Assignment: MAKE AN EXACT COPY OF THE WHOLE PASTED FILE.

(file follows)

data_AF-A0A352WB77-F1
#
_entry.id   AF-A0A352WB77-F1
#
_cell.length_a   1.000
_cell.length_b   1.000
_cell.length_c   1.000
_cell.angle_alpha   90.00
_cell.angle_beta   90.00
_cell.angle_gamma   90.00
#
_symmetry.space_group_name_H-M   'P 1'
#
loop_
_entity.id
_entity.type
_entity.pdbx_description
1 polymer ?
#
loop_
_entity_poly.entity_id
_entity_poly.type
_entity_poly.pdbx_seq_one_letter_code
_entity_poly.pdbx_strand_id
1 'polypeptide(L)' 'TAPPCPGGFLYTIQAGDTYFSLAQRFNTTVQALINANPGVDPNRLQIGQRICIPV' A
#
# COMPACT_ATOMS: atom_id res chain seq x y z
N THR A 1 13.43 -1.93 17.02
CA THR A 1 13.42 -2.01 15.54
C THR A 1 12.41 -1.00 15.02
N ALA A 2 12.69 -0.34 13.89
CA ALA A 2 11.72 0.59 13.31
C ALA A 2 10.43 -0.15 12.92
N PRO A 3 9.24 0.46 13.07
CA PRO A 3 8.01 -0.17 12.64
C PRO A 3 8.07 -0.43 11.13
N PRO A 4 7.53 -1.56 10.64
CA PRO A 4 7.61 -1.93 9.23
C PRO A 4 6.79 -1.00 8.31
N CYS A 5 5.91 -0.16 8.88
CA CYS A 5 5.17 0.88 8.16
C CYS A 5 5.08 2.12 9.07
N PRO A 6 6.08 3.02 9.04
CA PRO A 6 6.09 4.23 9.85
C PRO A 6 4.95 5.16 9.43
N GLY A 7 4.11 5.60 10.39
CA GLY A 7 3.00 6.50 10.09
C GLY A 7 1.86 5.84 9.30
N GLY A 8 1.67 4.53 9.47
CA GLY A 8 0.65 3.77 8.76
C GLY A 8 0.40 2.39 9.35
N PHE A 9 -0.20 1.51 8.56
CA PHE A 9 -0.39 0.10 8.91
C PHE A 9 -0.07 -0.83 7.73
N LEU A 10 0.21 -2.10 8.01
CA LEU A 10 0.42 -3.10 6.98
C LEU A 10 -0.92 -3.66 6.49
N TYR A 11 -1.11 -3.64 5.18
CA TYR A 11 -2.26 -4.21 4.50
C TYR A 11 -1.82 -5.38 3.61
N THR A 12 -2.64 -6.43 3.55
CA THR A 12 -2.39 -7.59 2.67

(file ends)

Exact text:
data_AF-A0A352WB77-F1
#
_entry.id   AF-A0A352WB77-F1
#
_cell.length_a   1.000
_cell.length_b   1.000
_cell.length_c   1.000
_cell.angle_alpha   90.00
_cell.angle_beta   90.00
_cell.angle_gamma   90.00
#
_symmetry.space_group_name_H-M   'P 1'
#
loop_
_entity.id
_entity.type
_entity.pdbx_description
1 polymer ?
#
loop_
_entity_poly.entity_id
_entity_poly.type
_entity_poly.pdbx_seq_one_letter_code
_entity_poly.pdbx_strand_id
1 'polypeptide(L)' 'TAPPCPGGFLYTIQAGDTYFSLAQRFNTTVQALINANPGVDPNRLQIGQRICIPV' A
#
# COMPACT_ATOMS: atom_id res chain seq x y z
N THR A 1 13.43 -1.93 17.02
CA THR A 1 13.42 -2.01 15.54
C THR A 1 12.41 -1.00 15.02
N ALA A 2 12.69 -0.34 13.89
CA ALA A 2 11.72 0.59 13.31
C ALA A 2 10.43 -0.15 12.92
N PRO A 3 9.24 0.46 13.07
CA PRO A 3 8.01 -0.17 12.64
C PRO A 3 8.07 -0.43 11.13
N PRO A 4 7.53 -1.56 10.64
CA PRO A 4 7.61 -1.93 9.23
C PRO A 4 6.79 -1.00 8.31
N CYS A 5 5.91 -0.16 8.88
CA CYS A 5 5.17 0.88 8.16
C CYS A 5 5.08 2.12 9.07
N PRO A 6 6.08 3.02 9.04
CA PRO A 6 6.09 4.23 9.85
C PRO A 6 4.95 5.16 9.43
N GLY A 7 4.11 5.60 10.39
CA GLY A 7 3.00 6.50 10.09
C GLY A 7 1.86 5.84 9.30
N GLY A 8 1.67 4.53 9.47
CA GLY A 8 0.65 3.77 8.76
C GLY A 8 0.40 2.39 9.35
N PHE A 9 -0.20 1.51 8.56
CA PHE A 9 -0.39 0.10 8.91
C PHE A 9 -0.07 -0.83 7.73
N LEU A 10 0.21 -2.10 8.01
CA LEU A 10 0.42 -3.10 6.98
C LEU A 10 -0.92 -3.66 6.49
N TYR A 11 -1.11 -3.64 5.18
CA TYR A 11 -2.26 -4.21 4.50
C TYR A 11 -1.82 -5.38 3.61
N THR A 12 -2.64 -6.43 3.55
CA THR A 12 -2.39 -7.59 2.67